Folding Dining Table / Breakfast Bar

6 Materials
4 Days

15 seconds from a breakfast bar to a dinner table! For three years, we’ve been trying to figure out the best dining option in our home. We don’t have a dining room or breakfast nook - nothing. This has been a game-changer! During most hours of the day, it's a breakfast bar that doesn't take up too much space. For dinner time, we open it up and pull out two folding stools so our family of four can sit together at the table and eat.

I grabbed all the wood for this project from Menards. I used two edge-glued slabs of Aspen and some thin Red Oak for the trim.

After cutting the Aspen to size, ripped a few thin strips of Red Oak to trim the entire perimeter of the table. On both ends and the back side, I simply glued the Oak to the edges.

On the front side, I used the table saw to make inlay cuts on both the top and bottom of the slab. On each slab, I inlaid Oak on the outsides. The remaining inlay is where I'll secure the hinge.

I used a few finishing nails for extra hold on the oak trim, so before finishing the wood, I added wood putty to the nail holes. Of course, then comes everyone's favorite step of sanding down the whole table.

Because this will be a dining table we'll be wiping down a lot, I was pretty generous with the polyurethane. I'd recommend adding a least four coats. I also used ultra-fine sandpaper to give the poly a very light sanding every two coats to ensure a nice, smooth finish.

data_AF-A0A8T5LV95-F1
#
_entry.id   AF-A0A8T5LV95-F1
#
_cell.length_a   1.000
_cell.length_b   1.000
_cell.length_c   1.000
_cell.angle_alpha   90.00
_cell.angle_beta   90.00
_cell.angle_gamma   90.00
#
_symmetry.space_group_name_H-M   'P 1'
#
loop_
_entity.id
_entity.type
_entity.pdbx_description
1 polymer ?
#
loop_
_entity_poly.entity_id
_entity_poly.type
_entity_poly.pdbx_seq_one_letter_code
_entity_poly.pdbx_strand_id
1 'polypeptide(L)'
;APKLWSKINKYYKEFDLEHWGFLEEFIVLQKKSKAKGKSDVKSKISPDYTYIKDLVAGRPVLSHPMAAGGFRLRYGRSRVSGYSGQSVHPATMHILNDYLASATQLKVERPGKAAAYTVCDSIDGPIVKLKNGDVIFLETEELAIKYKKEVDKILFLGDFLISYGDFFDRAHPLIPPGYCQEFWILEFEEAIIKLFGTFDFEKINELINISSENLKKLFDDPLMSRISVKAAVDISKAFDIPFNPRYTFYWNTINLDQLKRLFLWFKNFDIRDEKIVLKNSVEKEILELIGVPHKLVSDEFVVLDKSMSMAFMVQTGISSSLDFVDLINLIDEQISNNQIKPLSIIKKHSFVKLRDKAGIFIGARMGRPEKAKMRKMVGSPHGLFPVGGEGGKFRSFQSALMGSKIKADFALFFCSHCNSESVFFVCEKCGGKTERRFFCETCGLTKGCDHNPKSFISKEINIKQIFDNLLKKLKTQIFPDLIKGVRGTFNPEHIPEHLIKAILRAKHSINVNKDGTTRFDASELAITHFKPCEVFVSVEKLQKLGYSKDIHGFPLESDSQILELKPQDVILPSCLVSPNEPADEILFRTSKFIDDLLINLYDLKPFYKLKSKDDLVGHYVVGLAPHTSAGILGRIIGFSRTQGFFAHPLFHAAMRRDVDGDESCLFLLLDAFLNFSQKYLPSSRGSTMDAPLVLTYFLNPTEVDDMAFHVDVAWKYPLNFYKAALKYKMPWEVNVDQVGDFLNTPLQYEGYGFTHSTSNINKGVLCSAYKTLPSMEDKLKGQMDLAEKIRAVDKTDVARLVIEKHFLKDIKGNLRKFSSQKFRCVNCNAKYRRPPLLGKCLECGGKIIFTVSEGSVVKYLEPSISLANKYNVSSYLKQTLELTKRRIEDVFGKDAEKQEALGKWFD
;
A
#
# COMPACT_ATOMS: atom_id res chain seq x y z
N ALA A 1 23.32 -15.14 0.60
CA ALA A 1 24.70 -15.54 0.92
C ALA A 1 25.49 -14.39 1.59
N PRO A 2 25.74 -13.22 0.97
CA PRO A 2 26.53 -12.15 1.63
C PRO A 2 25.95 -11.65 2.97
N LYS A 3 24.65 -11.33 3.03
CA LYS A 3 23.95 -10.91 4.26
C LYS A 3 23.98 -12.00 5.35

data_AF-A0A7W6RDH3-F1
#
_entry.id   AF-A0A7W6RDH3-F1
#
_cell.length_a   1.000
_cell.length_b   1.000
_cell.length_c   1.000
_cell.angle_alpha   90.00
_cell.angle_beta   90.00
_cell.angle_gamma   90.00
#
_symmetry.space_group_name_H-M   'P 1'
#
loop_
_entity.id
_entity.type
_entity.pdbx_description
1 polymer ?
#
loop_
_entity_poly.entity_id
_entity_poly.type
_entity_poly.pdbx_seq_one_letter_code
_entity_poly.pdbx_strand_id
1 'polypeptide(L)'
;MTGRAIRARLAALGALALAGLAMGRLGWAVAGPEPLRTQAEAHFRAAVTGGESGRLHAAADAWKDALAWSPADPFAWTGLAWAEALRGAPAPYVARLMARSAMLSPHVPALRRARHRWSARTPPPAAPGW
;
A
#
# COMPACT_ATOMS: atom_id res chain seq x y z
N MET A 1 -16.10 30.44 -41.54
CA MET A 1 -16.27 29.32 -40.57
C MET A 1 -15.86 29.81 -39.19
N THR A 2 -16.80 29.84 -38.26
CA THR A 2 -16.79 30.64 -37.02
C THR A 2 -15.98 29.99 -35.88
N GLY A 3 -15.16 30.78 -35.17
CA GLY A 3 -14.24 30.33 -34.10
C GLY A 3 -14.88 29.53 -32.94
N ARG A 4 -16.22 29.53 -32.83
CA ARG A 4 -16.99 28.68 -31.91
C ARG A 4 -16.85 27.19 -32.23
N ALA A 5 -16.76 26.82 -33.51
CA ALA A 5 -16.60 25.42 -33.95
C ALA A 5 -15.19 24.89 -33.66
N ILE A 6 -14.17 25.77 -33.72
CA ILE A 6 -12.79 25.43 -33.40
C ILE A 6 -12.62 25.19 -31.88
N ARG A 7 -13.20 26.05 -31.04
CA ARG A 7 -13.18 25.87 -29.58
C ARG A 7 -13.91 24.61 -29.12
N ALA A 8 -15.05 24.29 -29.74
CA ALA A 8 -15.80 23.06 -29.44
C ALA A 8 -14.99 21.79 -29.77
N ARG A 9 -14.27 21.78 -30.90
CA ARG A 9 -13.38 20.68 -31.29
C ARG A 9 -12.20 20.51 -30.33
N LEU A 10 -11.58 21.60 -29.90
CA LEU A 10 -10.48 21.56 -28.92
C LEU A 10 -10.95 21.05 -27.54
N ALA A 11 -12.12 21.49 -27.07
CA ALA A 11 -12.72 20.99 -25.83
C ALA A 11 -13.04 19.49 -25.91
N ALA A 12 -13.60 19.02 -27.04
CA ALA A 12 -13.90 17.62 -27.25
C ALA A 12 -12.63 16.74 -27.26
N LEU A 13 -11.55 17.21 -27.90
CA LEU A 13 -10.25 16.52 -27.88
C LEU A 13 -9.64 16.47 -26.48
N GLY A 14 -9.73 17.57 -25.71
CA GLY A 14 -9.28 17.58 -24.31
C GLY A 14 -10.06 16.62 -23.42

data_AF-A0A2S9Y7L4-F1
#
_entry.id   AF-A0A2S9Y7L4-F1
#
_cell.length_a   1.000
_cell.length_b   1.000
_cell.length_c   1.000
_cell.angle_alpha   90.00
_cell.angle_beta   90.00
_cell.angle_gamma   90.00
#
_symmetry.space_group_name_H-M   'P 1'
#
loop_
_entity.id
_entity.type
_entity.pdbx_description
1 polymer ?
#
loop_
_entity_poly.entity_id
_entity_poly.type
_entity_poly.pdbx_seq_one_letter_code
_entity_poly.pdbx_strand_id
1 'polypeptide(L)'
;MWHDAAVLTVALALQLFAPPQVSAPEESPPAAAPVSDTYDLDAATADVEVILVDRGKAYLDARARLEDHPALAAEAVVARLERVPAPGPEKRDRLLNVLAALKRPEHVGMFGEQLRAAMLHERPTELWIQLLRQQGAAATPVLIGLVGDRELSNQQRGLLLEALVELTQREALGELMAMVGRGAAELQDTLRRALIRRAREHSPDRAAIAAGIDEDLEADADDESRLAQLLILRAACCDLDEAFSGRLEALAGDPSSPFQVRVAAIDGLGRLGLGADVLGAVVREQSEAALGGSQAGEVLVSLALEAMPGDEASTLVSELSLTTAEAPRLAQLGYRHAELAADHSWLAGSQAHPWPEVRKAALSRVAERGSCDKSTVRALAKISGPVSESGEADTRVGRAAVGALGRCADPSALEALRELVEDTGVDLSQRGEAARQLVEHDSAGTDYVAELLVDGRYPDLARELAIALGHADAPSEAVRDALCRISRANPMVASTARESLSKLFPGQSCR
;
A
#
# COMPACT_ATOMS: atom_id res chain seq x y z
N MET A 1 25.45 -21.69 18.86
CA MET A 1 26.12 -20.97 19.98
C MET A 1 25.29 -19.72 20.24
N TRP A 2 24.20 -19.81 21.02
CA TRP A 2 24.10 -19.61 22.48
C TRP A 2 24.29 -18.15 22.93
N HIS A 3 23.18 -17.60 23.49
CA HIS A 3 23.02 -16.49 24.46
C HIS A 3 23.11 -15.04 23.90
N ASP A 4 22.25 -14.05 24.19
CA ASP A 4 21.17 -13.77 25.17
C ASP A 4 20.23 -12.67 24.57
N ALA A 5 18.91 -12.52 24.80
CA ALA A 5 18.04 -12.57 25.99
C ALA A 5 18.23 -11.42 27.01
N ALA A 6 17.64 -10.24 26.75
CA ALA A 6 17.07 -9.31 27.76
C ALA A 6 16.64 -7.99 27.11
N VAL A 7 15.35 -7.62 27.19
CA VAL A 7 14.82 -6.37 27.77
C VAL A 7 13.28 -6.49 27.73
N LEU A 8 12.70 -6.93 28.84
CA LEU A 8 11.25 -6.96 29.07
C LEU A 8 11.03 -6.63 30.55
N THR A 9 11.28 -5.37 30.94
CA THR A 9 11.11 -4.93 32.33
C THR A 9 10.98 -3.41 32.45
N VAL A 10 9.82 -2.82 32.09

The next step is to add the hinge in the inlaid groove. The gold piano hinge I found was almost the perfect length, but I did have to trim about 4 inches off with a hacksaw.

I had some steel brackets I'd used previously for a simple breakfast bar in this spot. I had to trim off the curved ends, but this photo gives you a nice idea of the types of brackets I'm using to hold the table up. As you can see, I'm always in the market for a little help. Especially when it comes to sanding! icon

This is what the table looks like when secured and folded into a breakfast bar.

The is what it looks like when opened up - plenty of seating room for four.

You can see just how simply the table opens up. After I had it secured to the brackets, I added metal drop leaf supports underneath. Those are the white supports I'm pulling out to hold the table leaf up when it's opened. Those supports attach very easily with a few screws.

This photo gives you a good look at the inlaid oak and hinge on the front side of the table.

This table was such a game-changer for us. It was the perfect solution for our small home, and I'd recommend it for anyone looking to make the most out of their limited space. Follow me on Instagram at    @woodyworking for more woodworking DIY or home improvement projects. Happy building!

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2 of 11 comments
  • TateTwo TateTwo on Aug 04, 2021

    And to save even more room, add a long hinge to the back (you'd have to design it so that it locks in place when needed). Then you can let the table drop against the wall, scoot the chairs up next to it and add extra space.

  • Tonja Capasso Tonja Capasso on Aug 20, 2021

    I need more counter top space . This helps me and now I have an idea for what I can do in the little space I have. Thank you.